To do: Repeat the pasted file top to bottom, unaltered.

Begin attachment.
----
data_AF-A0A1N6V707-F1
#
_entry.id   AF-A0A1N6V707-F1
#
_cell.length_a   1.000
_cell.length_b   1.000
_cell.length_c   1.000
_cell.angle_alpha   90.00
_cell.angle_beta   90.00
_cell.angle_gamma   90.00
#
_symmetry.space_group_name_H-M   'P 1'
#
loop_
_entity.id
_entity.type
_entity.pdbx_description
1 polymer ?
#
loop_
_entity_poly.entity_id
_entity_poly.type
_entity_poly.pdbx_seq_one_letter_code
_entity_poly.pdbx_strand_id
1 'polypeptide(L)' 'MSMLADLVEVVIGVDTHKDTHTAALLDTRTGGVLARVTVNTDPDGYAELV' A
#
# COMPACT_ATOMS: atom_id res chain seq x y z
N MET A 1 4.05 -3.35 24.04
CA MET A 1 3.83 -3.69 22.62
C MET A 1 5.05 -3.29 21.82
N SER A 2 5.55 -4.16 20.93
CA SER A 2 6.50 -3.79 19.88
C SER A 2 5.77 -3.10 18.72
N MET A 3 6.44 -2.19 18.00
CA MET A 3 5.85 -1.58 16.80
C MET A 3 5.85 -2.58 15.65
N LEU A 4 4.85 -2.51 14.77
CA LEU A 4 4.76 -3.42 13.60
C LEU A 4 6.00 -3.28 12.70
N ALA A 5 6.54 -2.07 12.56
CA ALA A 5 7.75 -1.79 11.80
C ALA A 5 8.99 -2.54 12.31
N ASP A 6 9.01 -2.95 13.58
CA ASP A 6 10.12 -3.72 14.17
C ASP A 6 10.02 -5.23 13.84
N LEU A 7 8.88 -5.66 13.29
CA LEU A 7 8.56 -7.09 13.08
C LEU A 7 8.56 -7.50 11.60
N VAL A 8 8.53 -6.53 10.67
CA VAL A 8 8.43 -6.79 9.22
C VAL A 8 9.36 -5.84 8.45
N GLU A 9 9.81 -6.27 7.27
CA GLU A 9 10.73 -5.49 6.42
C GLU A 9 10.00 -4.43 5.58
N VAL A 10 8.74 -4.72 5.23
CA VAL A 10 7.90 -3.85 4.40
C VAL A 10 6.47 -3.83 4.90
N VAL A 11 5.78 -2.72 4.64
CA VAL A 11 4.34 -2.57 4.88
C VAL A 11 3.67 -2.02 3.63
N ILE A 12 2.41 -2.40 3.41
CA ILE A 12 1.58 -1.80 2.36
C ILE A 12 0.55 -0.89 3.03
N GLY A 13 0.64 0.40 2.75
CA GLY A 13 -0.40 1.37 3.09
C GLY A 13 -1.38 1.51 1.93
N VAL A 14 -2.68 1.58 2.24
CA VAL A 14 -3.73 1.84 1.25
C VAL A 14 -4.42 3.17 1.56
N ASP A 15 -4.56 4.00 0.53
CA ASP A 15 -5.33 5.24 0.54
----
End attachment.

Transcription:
data_AF-A0A1N6V707-F1
#
_entry.id   AF-A0A1N6V707-F1
#
_cell.length_a   1.000
_cell.length_b   1.000
_cell.length_c   1.000
_cell.angle_alpha   90.00
_cell.angle_beta   90.00
_cell.angle_gamma   90.00
#
_symmetry.space_group_name_H-M   'P 1'
#
loop_
_entity.id
_entity.type
_entity.pdbx_description
1 polymer ?
#
loop_
_entity_poly.entity_id
_entity_poly.type
_entity_poly.pdbx_seq_one_letter_code
_entity_poly.pdbx_strand_id
1 'polypeptide(L)' 'MSMLADLVEVVIGVDTHKDTHTAALLDTRTGGVLARVTVNTDPDGYAELV' A
#
# COMPACT_ATOMS: atom_id res chain seq x y z
N MET A 1 4.05 -3.35 24.04
CA MET A 1 3.83 -3.69 22.62
C MET A 1 5.05 -3.29 21.82
N SER A 2 5.55 -4.16 20.93
CA SER A 2 6.50 -3.79 19.88
C SER A 2 5.77 -3.10 18.72
N MET A 3 6.44 -2.19 18.00
CA MET A 3 5.85 -1.58 16.80
C MET A 3 5.85 -2.58 15.65
N LEU A 4 4.85 -2.51 14.77
CA LEU A 4 4.76 -3.42 13.60
C LEU A 4 6.00 -3.28 12.70
N ALA A 5 6.54 -2.07 12.56
CA ALA A 5 7.75 -1.79 11.80
C ALA A 5 8.99 -2.54 12.31
N ASP A 6 9.01 -2.95 13.58
CA ASP A 6 10.12 -3.72 14.17
C ASP A 6 10.02 -5.23 13.84
N LEU A 7 8.88 -5.66 13.29
CA LEU A 7 8.56 -7.09 13.08
C LEU A 7 8.56 -7.50 11.60
N VAL A 8 8.53 -6.53 10.67
CA VAL A 8 8.43 -6.79 9.22
C VAL A 8 9.36 -5.84 8.45
N GLU A 9 9.81 -6.27 7.27
CA GLU A 9 10.73 -5.49 6.42
C GLU A 9 10.00 -4.43 5.58
N VAL A 10 8.74 -4.72 5.23
CA VAL A 10 7.90 -3.85 4.40
C VAL A 10 6.47 -3.83 4.90
N VAL A 11 5.78 -2.72 4.64
CA VAL A 11 4.34 -2.57 4.88
C VAL A 11 3.67 -2.02 3.63
N ILE A 12 2.41 -2.40 3.41
CA ILE A 12 1.58 -1.80 2.36
C ILE A 12 0.55 -0.89 3.03
N GLY A 13 0.64 0.40 2.75
CA GLY A 13 -0.40 1.37 3.09
C GLY A 13 -1.38 1.51 1.93
N VAL A 14 -2.68 1.58 2.24
CA VAL A 14 -3.73 1.84 1.25
C VAL A 14 -4.42 3.17 1.56
N ASP A 15 -4.56 4.00 0.53
CA ASP A 15 -5.33 5.24 0.54